Heavily Republican incoming class of Alaska legislators prepares for next session
Alaska voters elected 13 new members to the state Legislature. The first-time lawmakers are a heavily Republican group; the only Democrat is also the only woman.
Ron Gillham is one of the new members joining the House. The Soldotna Republican said the new members from his party have a lot in common, including many of the same principles.
“We want a smaller budget, we want a smaller government,” he said. “You know, we all want to prosper. So we’re all looking at ways that we can put more people back to work in the state.”
Gillham’s family owns a fishing charter business and he’s also worked as a heavy equipment operator on the North Slope.
Gillham said he and other new House Republicans are interested in a proposal that Gov. Mike Dunleavy advanced to lower the limit on how much the state can spend each year.
“And it’s kind of a unanimous thing that if we don’t get a spending cap, we’re not going to get a balanced budget,” he said.
Gillham said last week that he hopes the conversations among Republicans will lead to the party forming a new majority caucus in the House. That hasn’t happened yet. The party holds a bare majority of 21 seats in the chamber.
Gillham added that while all of the new Republicans are men, they have diverse life and work experiences, which he says will benefit the state.
“It is a very diverse crowd,” he said. “They’re not a bunch of politicians. They’re from all different segments of the state — businessmen, teachers,” among others.
After the last election, House members took a month into the session to organize a majority.
Big Lake Republican Rep.-elect Kevin McCabe said he thinks there wasn’t enough relationship-building two years ago, and having a group of new lawmakers who already know each other could help next year.
McCabe, a cargo pilot, said that among the Republicans, there are differences that reflect who they represent.
“There are some that are a little bit more moderate and they’re from moderate districts,” he said. “And there are some that are a little bit more conservative that are from conservative districts.”
When asked if he’s hopeful that the Republicans will form the House majority caucus, McCabe it’s already established by the fact that most members are party members.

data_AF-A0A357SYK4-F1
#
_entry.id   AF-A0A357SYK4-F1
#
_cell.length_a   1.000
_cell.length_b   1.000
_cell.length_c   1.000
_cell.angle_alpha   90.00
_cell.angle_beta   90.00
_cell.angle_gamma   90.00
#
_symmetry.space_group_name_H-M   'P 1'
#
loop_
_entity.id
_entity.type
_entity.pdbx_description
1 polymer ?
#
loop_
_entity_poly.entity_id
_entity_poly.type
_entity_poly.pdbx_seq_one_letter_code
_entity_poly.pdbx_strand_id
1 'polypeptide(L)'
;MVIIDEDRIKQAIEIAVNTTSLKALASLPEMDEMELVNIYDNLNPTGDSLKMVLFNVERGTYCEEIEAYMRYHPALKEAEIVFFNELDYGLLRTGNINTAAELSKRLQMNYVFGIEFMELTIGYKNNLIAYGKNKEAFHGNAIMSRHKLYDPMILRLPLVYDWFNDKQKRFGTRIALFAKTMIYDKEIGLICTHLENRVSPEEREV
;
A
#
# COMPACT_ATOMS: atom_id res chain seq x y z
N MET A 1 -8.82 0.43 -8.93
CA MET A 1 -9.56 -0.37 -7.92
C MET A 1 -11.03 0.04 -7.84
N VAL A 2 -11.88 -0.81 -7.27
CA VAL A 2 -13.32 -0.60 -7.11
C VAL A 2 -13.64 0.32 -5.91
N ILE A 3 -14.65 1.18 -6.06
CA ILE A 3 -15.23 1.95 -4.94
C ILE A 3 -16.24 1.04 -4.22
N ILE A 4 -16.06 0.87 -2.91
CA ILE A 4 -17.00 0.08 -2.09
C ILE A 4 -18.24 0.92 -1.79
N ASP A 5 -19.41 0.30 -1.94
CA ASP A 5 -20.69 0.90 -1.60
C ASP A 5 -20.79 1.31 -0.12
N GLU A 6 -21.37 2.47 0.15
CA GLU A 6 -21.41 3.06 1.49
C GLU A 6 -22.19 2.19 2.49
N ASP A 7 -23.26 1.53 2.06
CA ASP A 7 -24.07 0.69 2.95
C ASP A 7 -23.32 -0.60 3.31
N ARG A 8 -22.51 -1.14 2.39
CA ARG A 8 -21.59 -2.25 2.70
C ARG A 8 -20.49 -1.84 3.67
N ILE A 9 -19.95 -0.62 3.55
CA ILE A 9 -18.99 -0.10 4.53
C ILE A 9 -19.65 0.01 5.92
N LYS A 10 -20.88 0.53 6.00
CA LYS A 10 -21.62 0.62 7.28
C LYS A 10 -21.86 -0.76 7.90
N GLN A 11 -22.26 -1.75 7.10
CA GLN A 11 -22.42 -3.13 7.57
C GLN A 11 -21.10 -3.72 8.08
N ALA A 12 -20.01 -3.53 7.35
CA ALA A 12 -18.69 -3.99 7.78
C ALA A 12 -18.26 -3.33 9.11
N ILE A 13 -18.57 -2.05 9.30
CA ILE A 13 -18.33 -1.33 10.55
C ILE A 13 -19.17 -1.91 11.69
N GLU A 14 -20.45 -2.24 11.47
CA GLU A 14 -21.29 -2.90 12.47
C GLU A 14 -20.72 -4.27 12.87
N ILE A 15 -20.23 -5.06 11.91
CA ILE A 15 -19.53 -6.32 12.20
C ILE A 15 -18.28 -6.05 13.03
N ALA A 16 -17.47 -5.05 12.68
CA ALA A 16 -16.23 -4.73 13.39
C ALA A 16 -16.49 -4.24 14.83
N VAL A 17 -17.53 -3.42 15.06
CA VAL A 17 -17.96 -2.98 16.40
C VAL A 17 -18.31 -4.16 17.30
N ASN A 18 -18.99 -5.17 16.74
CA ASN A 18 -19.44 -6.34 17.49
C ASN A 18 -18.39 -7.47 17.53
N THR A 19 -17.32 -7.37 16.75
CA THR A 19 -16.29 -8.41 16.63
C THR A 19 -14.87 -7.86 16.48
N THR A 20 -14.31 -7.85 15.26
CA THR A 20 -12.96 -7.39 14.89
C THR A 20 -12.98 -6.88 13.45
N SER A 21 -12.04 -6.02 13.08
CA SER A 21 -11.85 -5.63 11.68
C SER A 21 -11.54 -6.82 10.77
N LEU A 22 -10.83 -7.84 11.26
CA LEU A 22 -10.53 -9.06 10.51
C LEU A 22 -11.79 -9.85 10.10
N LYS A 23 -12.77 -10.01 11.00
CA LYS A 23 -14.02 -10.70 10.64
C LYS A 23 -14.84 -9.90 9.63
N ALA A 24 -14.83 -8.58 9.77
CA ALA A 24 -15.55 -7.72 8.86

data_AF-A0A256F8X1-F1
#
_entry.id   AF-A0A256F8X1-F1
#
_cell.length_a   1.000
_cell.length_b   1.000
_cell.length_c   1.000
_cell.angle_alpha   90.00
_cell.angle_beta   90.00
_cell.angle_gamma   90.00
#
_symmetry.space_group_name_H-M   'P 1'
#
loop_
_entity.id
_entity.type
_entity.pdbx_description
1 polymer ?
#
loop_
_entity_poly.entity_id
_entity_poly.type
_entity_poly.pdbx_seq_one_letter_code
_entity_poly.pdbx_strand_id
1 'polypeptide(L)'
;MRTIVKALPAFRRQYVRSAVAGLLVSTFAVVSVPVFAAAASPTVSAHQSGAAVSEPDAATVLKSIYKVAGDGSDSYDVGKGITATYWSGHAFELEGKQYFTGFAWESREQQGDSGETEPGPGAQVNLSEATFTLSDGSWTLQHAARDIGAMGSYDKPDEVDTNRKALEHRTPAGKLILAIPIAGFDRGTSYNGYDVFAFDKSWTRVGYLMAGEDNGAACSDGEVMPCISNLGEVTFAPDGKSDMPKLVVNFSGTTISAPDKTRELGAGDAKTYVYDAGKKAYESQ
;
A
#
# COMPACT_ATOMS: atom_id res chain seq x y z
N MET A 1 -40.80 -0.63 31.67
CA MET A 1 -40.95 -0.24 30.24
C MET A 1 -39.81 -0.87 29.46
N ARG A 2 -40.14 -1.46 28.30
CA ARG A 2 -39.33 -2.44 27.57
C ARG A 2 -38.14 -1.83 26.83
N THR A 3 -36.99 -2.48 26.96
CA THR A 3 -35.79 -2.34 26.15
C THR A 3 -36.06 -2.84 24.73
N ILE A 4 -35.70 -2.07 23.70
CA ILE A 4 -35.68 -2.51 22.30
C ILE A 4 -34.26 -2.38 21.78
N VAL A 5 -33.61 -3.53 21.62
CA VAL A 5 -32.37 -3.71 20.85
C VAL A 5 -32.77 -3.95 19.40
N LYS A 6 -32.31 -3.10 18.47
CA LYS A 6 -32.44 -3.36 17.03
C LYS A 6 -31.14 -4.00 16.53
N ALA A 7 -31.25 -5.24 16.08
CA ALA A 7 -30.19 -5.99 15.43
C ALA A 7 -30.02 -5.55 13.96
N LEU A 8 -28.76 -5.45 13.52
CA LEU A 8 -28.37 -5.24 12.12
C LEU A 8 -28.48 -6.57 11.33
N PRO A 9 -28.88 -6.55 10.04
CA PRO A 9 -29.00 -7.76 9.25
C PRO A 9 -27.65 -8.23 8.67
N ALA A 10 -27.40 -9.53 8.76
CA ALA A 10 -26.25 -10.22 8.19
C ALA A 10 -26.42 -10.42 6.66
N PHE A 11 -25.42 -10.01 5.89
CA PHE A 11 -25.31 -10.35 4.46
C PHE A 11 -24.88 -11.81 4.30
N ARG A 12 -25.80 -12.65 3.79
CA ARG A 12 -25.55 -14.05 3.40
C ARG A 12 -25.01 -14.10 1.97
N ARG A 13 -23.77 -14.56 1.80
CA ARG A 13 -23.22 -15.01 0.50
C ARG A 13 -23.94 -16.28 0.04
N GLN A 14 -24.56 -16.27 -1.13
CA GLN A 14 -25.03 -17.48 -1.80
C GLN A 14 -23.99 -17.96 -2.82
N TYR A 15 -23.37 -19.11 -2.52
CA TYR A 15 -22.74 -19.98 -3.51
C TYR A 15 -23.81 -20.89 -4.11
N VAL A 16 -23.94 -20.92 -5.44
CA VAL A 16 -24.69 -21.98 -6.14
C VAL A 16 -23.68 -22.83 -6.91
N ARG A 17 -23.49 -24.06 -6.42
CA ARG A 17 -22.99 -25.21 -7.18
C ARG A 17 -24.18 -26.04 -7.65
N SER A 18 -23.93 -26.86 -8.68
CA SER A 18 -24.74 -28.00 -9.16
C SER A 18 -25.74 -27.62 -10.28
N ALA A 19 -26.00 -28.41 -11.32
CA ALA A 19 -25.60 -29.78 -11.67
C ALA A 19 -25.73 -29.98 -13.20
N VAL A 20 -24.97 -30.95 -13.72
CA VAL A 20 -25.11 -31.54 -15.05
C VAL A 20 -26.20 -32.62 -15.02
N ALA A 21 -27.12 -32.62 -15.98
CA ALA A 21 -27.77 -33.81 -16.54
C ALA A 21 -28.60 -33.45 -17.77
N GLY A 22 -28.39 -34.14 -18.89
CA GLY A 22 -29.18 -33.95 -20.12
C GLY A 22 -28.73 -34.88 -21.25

Liz Snyder of Anchorage is the only Democrat, as well as the only woman, among the new Alaska lawmakers. However, Anchorage independent Calvin Schrage was nominated by the Democrats and Utqiagvik independent Josiah Aullaqsruak Patkotak has said he plans to join a group of rural legislators who currently caucus with the mostly Democratic majority.
Snyder won by 16 votes over Republican Rep. Lance Pruitt, based on the unofficial results.
Snyder teaches public health at the University of Alaska Anchorage. She said her career has prepared her to work with lawmakers — including her fellow new legislators — with different political beliefs, to benefit Alaska communities.
“I have some learning to do, just to understand the landscape, understand how things work, when conversations are had and getting started between now and when session begins in the new year,” she said.
Snyder said it’s been good for the state to have more women serve in leadership positions over time. And she hopes that the long-term trend in having more women legislators will return after a decline this election.
“I think women on a whole bring a unique perspective, a unique work style, unique experiences and backgrounds, and the more diverse experiences we have in leadership positions, the better we can represent all of Alaska,” she said.
With Snyder joining as the lone woman, the number of female lawmakers will go from a record high in Alaska of 22 down to 18.
The other new members include two Republicans elected to the senate: Roger Holland of Anchorage and Robert Myers of North Pole. The other new Republican House members are Mike Cronk of Tok; Christopher Kurka of Wasilla; Ken McCarty of Eagle River; and James Kaufman, Tom McKay and David Nelson of Anchorage.